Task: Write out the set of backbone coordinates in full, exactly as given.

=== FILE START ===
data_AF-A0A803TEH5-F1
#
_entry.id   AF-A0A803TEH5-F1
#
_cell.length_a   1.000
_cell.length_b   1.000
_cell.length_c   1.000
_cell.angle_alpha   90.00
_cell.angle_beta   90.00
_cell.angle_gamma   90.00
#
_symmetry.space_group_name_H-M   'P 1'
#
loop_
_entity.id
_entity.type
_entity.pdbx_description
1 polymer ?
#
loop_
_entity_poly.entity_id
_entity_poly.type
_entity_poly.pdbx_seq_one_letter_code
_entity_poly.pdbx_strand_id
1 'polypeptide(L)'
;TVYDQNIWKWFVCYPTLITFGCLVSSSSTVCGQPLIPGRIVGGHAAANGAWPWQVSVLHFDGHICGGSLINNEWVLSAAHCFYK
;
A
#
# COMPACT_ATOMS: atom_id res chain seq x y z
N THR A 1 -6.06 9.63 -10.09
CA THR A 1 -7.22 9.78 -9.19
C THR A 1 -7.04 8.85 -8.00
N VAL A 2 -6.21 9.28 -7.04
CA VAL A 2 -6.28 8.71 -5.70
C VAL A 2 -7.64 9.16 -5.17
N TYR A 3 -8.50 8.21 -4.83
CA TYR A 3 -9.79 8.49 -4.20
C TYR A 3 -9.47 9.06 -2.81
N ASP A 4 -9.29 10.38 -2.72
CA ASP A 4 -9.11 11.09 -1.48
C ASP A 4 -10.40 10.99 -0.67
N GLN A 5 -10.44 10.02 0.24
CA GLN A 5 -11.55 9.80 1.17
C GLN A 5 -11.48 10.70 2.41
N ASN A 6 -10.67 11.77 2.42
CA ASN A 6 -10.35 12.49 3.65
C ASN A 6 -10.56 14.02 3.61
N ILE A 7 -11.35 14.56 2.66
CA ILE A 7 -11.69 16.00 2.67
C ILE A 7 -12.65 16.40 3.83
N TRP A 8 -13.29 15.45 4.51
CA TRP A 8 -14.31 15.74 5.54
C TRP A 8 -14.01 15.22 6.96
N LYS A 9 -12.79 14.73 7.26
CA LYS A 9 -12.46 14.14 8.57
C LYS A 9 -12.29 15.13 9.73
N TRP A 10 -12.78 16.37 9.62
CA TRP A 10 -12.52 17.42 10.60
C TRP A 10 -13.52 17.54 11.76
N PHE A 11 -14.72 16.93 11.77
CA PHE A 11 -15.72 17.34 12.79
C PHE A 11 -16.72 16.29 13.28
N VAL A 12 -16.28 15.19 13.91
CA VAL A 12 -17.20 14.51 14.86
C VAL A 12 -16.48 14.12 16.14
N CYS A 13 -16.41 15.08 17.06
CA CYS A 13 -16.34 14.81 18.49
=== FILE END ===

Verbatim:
data_AF-A0A803TEH5-F1
#
_entry.id   AF-A0A803TEH5-F1
#
_cell.length_a   1.000
_cell.length_b   1.000
_cell.length_c   1.000
_cell.angle_alpha   90.00
_cell.angle_beta   90.00
_cell.angle_gamma   90.00
#
_symmetry.space_group_name_H-M   'P 1'
#
loop_
_entity.id
_entity.type
_entity.pdbx_description
1 polymer ?
#
loop_
_entity_poly.entity_id
_entity_poly.type
_entity_poly.pdbx_seq_one_letter_code
_entity_poly.pdbx_strand_id
1 'polypeptide(L)'
;TVYDQNIWKWFVCYPTLITFGCLVSSSSTVCGQPLIPGRIVGGHAAANGAWPWQVSVLHFDGHICGGSLINNEWVLSAAHCFYK
;
A
#
# COMPACT_ATOMS: atom_id res chain seq x y z
N THR A 1 -6.06 9.63 -10.09
CA THR A 1 -7.22 9.78 -9.19
C THR A 1 -7.04 8.85 -8.00
N VAL A 2 -6.21 9.28 -7.04
CA VAL A 2 -6.28 8.71 -5.70
C VAL A 2 -7.64 9.16 -5.17
N TYR A 3 -8.50 8.21 -4.83
CA TYR A 3 -9.79 8.49 -4.20
C TYR A 3 -9.47 9.06 -2.81
N ASP A 4 -9.29 10.38 -2.72
CA ASP A 4 -9.11 11.09 -1.48
C ASP A 4 -10.40 10.99 -0.67
N GLN A 5 -10.44 10.02 0.24
CA GLN A 5 -11.55 9.80 1.17
C GLN A 5 -11.48 10.70 2.41
N ASN A 6 -10.67 11.77 2.42
CA ASN A 6 -10.35 12.49 3.65
C ASN A 6 -10.56 14.02 3.61
N ILE A 7 -11.35 14.56 2.66
CA ILE A 7 -11.69 16.00 2.67
C ILE A 7 -12.65 16.40 3.83
N TRP A 8 -13.29 15.45 4.51
CA TRP A 8 -14.31 15.74 5.54
C TRP A 8 -14.01 15.22 6.96
N LYS A 9 -12.79 14.73 7.26
CA LYS A 9 -12.46 14.14 8.57
C LYS A 9 -12.29 15.13 9.73
N TRP A 10 -12.78 16.37 9.62
CA TRP A 10 -12.52 17.42 10.60
C TRP A 10 -13.52 17.54 11.76
N PHE A 11 -14.72 16.93 11.77
CA PHE A 11 -15.72 17.34 12.79
C PHE A 11 -16.72 16.29 13.28
N VAL A 12 -16.28 15.19 13.91
CA VAL A 12 -17.20 14.51 14.86
C VAL A 12 -16.48 14.12 16.14
N CYS A 13 -16.41 15.08 17.06
CA CYS A 13 -16.34 14.81 18.49